Red Paint, Panels, and Pipes

Hiya! Another sprint has passed and it’s time to write another dev log.

I’ll be honest with you — this intro blurb will be short this time because I’m hungry and might celebrate the end of the sprint with kebab. Instead, jump right into the meat of it all, below!

What has happened these two weeks?

Devlog 4

Lukas “Gås” Rabhi Hallner

He is Lukas

Hello, it is me — Lukas!!

You may remember me from films such as I am the Pipe Lord! and I Love Houdini. This week, apart from being ill for a while, I’ve modelled some rather snazzy modular red cabins. We will use these throughout the game to create interesting little houses of all shapes, sizes, and colours (although primarily Falu Rödfärg).

I’ve made a few hero assets, such as the control tower for the piston chamber, as well as a procedural cloth simulation tool using Houdini Engine, which will allow us to drape pretty much whatever we want in baked, high-quality simulated cloth.

In addition to this, I’ve made a system which gives some love to the main heroes of our game: the control panels! It is now possible to generate interesting, procedural panel shapes using simple masks, while allowing us to shape the panel after the buttons and controls.

I am definitely Lukas.*

*) Content not written by Lukas.

Modular Houses

Boards on the outside, wallpaper on the inside. Using modular 1x1m tiles, we can create houses of any shape we want, when combined with instanced roof tiles and a few seam-hiding pieces like gutters.

A small house in a large (testing) world.

Modular Panels

A new tool allows us to quickly generate interesting control panel designs.

A fairly uninteresting looking panel.
Capture an orthographic view and define some masks in Photoshop.
From Photoshop, to Houdini, to Substance.
And the final result, much more interesting!

Fredrik “Smörgås” Lind

This Week I am the Pipe Lord

What a week!

While the first half of this sprint saw me focusing primarily on little fixes and quality-of-life improvements (icons, interact highlighting), as well as a few tools for creating variation in walls — the second half was spent improving the simulation systems of our Machines significantly.

Previously, a lot of the finer simulation aspects were — to put it bluntly — quite bodged. The system treated most “resources” the same, be it power or water running through a pipe. It was good enough for what we had, but never really allowed us to create puzzles with a sufficient sense of real-world attachment.

Well, no more!
Splitting our “resource” system into three parts (Power, Fluids, and Angular Kinetics) the new system for the most part follows the laws of physics. This means voltage, current, and resistance are accurately simulated across electrical systems; friction and momentum are simulated in gear linkages, while pressure and flow are simulated in fluid systems.

The new system has a multitude of advantages:

  • A series-connected string of light bulbs will all go out if one of them does, without extra work from our part.
  • A system of gears can be modelled, providing enough mechanical advantage from the motor inside an Air Conditioner to lift a car (albeit very slowly).
  • A series of tanks can be connected, and the height difference between them will cause the fluid inside to flow in-between each-other realistically (did I hear fluid puzzles?).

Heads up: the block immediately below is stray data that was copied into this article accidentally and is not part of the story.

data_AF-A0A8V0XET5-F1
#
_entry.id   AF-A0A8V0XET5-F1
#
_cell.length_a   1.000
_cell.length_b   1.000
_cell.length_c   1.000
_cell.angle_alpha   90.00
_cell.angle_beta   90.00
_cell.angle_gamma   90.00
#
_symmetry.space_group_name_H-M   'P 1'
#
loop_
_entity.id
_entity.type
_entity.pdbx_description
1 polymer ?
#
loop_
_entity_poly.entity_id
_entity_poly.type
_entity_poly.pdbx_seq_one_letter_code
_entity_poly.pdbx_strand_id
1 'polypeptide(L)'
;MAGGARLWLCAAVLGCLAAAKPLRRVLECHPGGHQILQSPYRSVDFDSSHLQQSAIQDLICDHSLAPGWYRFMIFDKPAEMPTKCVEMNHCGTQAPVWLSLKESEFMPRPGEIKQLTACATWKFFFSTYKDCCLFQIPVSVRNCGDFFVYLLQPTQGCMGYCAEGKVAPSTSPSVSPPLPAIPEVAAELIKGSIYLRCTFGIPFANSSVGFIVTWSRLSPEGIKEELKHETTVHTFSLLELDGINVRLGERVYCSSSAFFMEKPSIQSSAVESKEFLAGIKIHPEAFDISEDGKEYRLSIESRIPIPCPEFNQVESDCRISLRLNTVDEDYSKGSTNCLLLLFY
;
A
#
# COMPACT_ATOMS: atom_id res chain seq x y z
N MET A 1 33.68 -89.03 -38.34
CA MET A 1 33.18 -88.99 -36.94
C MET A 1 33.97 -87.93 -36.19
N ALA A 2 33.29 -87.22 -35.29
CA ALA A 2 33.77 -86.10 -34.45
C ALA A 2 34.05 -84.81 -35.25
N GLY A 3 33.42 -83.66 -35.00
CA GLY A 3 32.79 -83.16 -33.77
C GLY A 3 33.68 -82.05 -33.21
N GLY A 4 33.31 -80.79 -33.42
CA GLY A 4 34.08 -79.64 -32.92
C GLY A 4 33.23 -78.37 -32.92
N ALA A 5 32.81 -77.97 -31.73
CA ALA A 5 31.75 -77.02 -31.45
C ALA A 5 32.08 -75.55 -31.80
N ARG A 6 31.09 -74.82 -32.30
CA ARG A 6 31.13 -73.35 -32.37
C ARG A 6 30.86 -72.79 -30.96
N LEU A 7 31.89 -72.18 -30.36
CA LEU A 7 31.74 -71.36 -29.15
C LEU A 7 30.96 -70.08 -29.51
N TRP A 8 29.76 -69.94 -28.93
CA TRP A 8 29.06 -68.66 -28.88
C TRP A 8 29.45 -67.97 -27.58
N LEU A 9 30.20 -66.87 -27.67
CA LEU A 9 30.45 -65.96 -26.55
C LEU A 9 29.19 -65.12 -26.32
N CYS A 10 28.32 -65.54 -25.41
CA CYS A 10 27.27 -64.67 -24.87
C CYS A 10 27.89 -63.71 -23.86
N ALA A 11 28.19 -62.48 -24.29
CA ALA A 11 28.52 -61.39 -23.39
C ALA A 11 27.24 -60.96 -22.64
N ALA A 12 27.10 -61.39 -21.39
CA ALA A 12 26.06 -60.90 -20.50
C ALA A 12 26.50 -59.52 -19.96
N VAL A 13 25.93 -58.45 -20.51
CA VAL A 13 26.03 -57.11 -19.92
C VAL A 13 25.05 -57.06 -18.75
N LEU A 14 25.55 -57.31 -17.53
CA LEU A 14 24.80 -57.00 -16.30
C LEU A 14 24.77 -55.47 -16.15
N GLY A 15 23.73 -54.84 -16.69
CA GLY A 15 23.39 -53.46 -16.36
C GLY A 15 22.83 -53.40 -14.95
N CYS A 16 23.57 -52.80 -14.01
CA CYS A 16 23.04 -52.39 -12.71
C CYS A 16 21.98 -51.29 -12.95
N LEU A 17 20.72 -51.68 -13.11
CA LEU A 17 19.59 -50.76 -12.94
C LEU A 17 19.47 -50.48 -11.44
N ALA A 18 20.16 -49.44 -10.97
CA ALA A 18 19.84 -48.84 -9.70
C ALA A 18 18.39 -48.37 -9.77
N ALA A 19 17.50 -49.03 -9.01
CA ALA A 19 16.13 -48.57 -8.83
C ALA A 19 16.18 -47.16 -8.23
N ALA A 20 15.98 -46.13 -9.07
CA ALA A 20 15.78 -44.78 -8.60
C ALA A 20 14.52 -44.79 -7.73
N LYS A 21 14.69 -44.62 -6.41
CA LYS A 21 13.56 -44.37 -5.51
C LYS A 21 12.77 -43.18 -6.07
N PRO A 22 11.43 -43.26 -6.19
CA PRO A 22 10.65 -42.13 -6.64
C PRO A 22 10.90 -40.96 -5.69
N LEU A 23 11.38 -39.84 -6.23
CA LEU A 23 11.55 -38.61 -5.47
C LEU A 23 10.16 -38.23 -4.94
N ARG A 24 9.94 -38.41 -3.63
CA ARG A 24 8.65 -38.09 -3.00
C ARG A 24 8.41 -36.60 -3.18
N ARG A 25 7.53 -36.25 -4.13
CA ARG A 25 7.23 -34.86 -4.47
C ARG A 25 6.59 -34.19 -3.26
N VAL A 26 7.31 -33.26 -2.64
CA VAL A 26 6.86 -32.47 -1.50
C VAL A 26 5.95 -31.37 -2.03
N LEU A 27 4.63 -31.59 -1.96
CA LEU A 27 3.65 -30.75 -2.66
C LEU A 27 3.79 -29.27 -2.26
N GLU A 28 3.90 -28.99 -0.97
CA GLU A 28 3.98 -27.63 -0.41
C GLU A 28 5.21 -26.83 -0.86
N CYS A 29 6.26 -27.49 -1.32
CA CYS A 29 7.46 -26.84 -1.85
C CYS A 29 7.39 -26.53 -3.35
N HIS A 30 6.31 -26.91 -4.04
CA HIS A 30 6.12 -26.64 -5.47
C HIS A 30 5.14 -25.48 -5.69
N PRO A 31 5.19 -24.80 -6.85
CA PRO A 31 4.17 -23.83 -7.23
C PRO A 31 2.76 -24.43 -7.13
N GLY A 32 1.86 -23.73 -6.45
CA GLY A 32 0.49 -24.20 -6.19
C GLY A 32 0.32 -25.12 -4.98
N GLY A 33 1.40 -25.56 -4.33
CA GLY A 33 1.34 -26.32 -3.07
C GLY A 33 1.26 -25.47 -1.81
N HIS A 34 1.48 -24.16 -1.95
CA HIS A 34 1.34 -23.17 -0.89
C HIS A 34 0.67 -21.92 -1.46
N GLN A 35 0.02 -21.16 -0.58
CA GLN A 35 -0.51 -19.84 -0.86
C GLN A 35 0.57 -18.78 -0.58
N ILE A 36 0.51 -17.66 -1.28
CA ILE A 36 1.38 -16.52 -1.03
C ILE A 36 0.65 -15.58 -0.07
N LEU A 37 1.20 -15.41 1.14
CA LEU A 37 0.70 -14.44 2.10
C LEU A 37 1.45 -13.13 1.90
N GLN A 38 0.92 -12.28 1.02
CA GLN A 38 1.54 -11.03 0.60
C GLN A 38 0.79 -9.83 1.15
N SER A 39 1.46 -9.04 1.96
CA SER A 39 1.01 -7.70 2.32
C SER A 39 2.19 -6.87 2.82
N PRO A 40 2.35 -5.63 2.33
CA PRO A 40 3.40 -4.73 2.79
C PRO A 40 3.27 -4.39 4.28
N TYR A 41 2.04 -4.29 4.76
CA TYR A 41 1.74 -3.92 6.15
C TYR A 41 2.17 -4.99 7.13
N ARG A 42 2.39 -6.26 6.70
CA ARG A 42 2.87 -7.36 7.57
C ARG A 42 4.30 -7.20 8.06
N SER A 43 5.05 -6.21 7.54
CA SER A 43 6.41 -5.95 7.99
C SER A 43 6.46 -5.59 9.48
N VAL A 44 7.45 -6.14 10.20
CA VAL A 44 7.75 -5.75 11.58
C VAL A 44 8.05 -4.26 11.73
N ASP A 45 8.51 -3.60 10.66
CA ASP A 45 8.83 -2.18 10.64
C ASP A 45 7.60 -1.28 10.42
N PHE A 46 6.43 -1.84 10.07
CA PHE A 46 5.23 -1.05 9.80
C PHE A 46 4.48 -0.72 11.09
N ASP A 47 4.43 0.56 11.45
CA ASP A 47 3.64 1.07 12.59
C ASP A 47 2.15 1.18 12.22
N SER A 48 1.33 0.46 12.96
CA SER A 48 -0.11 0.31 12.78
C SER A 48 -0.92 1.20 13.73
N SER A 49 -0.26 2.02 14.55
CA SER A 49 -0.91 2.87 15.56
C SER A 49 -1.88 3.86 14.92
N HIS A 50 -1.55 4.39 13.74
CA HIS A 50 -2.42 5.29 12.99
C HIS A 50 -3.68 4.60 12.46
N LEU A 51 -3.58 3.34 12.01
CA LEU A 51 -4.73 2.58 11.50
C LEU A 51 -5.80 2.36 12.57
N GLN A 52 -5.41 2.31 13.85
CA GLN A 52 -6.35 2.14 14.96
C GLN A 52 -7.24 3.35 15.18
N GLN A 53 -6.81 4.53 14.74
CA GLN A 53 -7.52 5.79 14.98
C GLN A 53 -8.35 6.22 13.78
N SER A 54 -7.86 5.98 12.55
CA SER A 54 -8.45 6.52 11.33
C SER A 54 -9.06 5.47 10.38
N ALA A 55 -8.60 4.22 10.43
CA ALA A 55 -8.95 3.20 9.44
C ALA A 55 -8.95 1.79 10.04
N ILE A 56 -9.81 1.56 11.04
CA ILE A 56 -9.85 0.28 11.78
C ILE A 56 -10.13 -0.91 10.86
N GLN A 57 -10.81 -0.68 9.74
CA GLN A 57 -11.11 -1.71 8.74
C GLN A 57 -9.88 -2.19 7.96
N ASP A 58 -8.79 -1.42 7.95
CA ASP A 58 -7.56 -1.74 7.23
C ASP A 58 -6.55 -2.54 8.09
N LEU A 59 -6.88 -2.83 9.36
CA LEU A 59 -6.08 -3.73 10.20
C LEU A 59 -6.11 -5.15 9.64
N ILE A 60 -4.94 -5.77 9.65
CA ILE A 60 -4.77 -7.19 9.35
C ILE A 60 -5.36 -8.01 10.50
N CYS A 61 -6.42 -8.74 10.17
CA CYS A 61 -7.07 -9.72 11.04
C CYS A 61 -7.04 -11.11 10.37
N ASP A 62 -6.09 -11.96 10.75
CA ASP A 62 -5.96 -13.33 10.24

While all of this has been “possible” previously, the new system makes it easy, and grounded in reality. A number of optimization features have been added to ensure all of this runs smoothly, primarily ensuring only a few machine parts are simulated per frame. In the future this might prove insufficient, in which case I’ll have to take another look at it.

I’m really looking forward to start designing puzzles with the New System™️, but for now I’ll have to fix what I broke doing this.

A system of motors and flywheels. These motors are fighting each other. The one with the biggest gearing advantage will win the battle of rotation.
This air conditioner draws power from a voltage source. The current is dependent on load (torque/rpm) and grid voltage.
Gravity exerts pressure on the fluid in the tanks, causing it to flow from the upper tank to the lowermost ones at a rate dependent on pipe shape/radius and many other factors.

Pontus “Sparkles” Andersson

All Aboard the Audio Bus

I’ve worked on the previous piston audio and separated individual sounds across different parts of the actor, emphasizing its size.

I’ve also spent a lot of time on the audio controller, which can now interpolate audio from a room so it’s more prominent from openings like doors and windows. Reverb zones has also been created and placed in the rest of our game.

Simon “Vito” Gustavsson

The Grim Reaper Brings a Ladder

For this week I have been working on actions relating to the character and animating them.

For the first week i was focusing mainly on walking animations and on the second week a ladder functionality which is not yet done (darned transforms!).

I have also made it possible for the player to die 💀 and respawn 👼.

Simon “Boonga” Öhlund

Never Skips Leg Day

Well, this week was spent modelling The City (the walking city). This included work on the legs, and the carapace itself.

While under wraps for now, check out a few of the silhouette iterations below!*

*) Content not written by Simon.

What could this be?

What? I’m eating. Oh! Yes, from all of us at Gumlin Games, please have a great weekend (if applicable), and for more info about the game, don’t forget to…

Don’t forget to do your tax. Not declaring taxes imparts a heavy fine.
I don’t pay taxes. I live in the river.

~ The Gumlin

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